Saturday Snapshot, May 8

My Saturday Snapshots mostly focus on the vegetable garden, which you can barely see in this photo in the back left corner, but I couldn’t resist sharing this photo of my Louisiana iris in full bloom, with the late afternoon sun lighting them up at a slant.

Saturday Snapshots

I have a new vegetable garden! Last spring, at the outset of pandemic lockdown, I planted two temporary raised beds of vegetables, partly to make sure my family had fresh produce in case of store shortages, and partly as a mindful, calm activity to soothe myself and get outside. It was very successful but it quickly overran the limited space I had and became more of a vegetable jungle than garden! It was also awkwardly positioned near the site of a huge tree stump that we hadn’t yet removed, which limited my ability to reach into the beds.

So this spring, we hired a local group that specializes in “edible landcapes”, who removed the temporary beds and the massive stump, and built two long, narrow raised beds with a path between them, and a trellis arch made from cattle fencing to support squash, melons, and maybe some runner beans. Here it is, with only a few plants in place yet:

New raised beds, April 2021

My goal is to post a snapshot weekly of the vegetable garden’s progress. Wish me luck! And please share in the comments any advice you may have, or any updates you’d like to share about your own gardening adventures!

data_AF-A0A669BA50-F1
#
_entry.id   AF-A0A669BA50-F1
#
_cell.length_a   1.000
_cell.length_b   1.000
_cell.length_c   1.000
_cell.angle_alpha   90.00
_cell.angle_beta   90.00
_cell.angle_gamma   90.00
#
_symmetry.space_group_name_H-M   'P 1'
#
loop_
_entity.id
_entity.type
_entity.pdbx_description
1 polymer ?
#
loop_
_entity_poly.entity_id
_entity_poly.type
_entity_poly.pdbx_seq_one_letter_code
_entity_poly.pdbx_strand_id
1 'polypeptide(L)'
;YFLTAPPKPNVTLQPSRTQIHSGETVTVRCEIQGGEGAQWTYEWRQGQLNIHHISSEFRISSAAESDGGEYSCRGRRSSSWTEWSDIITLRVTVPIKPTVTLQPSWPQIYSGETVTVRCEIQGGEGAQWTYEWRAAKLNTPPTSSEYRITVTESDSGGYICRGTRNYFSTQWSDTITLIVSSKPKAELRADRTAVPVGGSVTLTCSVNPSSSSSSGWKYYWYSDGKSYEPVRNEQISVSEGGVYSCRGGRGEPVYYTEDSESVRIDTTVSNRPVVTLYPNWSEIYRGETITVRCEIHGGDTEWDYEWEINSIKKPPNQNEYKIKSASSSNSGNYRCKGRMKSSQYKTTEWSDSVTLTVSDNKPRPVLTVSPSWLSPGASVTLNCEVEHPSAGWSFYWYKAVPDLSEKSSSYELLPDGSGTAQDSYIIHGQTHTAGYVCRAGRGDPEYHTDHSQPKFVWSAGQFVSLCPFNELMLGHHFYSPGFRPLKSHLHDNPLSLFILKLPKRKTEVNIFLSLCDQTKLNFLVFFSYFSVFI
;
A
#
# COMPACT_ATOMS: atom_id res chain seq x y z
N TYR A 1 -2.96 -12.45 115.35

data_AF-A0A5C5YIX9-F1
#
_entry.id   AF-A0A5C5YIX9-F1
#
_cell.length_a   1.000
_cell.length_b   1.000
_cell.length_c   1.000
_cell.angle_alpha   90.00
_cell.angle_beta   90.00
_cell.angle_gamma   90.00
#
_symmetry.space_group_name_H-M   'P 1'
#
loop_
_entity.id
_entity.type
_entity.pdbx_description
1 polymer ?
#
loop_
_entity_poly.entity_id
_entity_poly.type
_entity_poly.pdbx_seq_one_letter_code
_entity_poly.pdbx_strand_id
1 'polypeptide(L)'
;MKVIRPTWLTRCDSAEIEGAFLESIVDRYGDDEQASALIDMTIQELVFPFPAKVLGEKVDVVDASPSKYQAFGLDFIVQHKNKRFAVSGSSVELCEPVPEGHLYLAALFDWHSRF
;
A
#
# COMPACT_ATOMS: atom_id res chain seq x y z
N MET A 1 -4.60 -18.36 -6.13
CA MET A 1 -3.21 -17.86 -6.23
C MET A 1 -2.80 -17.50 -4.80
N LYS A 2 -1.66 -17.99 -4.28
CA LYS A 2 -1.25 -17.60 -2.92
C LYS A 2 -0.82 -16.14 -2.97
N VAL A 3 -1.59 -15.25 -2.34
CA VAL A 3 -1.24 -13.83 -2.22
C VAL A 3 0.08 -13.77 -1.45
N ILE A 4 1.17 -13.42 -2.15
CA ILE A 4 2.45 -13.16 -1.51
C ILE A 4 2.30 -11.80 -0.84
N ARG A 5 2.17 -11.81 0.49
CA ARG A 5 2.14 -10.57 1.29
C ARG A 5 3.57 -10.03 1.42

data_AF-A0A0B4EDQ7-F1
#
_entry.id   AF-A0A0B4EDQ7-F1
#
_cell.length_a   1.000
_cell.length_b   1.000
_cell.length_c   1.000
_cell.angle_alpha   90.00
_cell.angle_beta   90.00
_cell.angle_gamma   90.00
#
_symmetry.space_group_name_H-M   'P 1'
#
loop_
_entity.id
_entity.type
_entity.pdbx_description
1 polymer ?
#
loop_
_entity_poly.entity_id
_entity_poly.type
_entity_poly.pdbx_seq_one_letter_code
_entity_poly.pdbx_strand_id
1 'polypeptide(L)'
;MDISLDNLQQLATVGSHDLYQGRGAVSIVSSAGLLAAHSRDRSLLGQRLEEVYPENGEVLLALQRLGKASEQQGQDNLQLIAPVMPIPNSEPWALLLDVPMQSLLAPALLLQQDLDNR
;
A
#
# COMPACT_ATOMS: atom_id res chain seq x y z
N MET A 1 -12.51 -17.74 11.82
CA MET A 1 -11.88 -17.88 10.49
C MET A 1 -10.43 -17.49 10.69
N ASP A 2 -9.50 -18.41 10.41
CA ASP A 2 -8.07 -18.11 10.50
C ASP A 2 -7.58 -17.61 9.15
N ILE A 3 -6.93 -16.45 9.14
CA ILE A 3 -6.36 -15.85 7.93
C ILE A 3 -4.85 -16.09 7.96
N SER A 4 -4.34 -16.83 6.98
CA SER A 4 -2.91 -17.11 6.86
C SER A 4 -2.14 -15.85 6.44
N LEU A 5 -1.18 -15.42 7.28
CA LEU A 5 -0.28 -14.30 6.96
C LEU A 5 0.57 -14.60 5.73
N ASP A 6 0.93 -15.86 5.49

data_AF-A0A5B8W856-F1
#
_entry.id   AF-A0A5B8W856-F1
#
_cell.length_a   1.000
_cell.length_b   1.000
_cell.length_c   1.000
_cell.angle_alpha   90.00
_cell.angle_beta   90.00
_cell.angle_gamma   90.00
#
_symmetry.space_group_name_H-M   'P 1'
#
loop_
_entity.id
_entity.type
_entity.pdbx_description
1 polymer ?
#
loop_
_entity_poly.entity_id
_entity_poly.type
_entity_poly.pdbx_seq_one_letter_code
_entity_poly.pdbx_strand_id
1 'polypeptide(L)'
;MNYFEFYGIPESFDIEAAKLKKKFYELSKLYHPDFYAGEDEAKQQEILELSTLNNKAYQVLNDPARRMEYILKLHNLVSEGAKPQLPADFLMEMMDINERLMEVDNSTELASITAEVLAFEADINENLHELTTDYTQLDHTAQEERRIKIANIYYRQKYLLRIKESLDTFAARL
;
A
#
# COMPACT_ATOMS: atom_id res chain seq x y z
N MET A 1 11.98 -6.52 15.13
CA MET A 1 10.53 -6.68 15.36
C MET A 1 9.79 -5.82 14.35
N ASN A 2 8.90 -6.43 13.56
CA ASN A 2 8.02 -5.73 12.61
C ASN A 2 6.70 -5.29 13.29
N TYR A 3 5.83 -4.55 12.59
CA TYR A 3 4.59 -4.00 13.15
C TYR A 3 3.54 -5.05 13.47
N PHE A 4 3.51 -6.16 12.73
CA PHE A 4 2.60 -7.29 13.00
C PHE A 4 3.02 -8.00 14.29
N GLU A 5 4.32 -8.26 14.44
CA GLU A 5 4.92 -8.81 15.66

“The Invisible Garden of Scent”

Noted gardener and garden writer Ken Druse has published a delightful piece in The New York Times this week on incorporating scent and fragrance into one’s garden. It follows the publication of his latest book, ““The Scentual Garden: Exploring the World of Botanical Fragrance,” which won the top honor of the American Horticultural Society for writing, in March. He calls the scent dimension of horticulture the “invisible garden” — not seen, but sensed as a key element of any garden’s appeal and design.

My garden holds many of the plants he mentions; right now, the most fragrant ones in bloom are the roses and gardenias. I also grow rosemary, mint, and basil — all very aromatic, and useful in the kitchen.

I have so many gardening books that I haven’t bought a new one in years, but I may have to make an exception for this one, given how much I love both gardening and fragrance!

Have you read it? Plan to read it? What are your favorite fragrant flowers, and which do you grow at home?

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Climate Confusion

It is mid-February, and we have experienced temperature swings from the high 20s F to the low 70s F in less than two weeks! We’ve also had a LOT of rain. My garden is so confused, as are all the gardens in my neighborhood. Winter blossoms are still flowering (hellebores, mahonias, winter annuals like violas, pansies, dianthus, sweet alyssum), spring bulbs are opening (hello, daffodils!), and confused vines, shrubs, and trees that normally flower in March have decided to start blossoming early (Coral Bells azaleas, Clematis armandii, and Magnolia soulangeana).

Clematis armandii in bloom, March 2019
Clematis armandii, mid-March 2019.

 

Of them all, the only ones that I fear will suffer from the upcoming frost are the saucer magnolias, whose fragrant pink flowers will likely turn brown and drop. So sad, as they are one of my favorite trees and they scent the air with an incomparable fragrance! I hope some of the magnolias in my neighborhood will hold off long enough to provide abundant blossoms after next weekend, when we expect another frost. I don’t (yet) have a saucer magnolia in my own garden, but if/when I plant one, I will try to choose a later-blooming variety as well as a more compact one. Any suggestions?

Blossoming pink saucer magnolia
Magnolia soulangeana; mid-March 2019.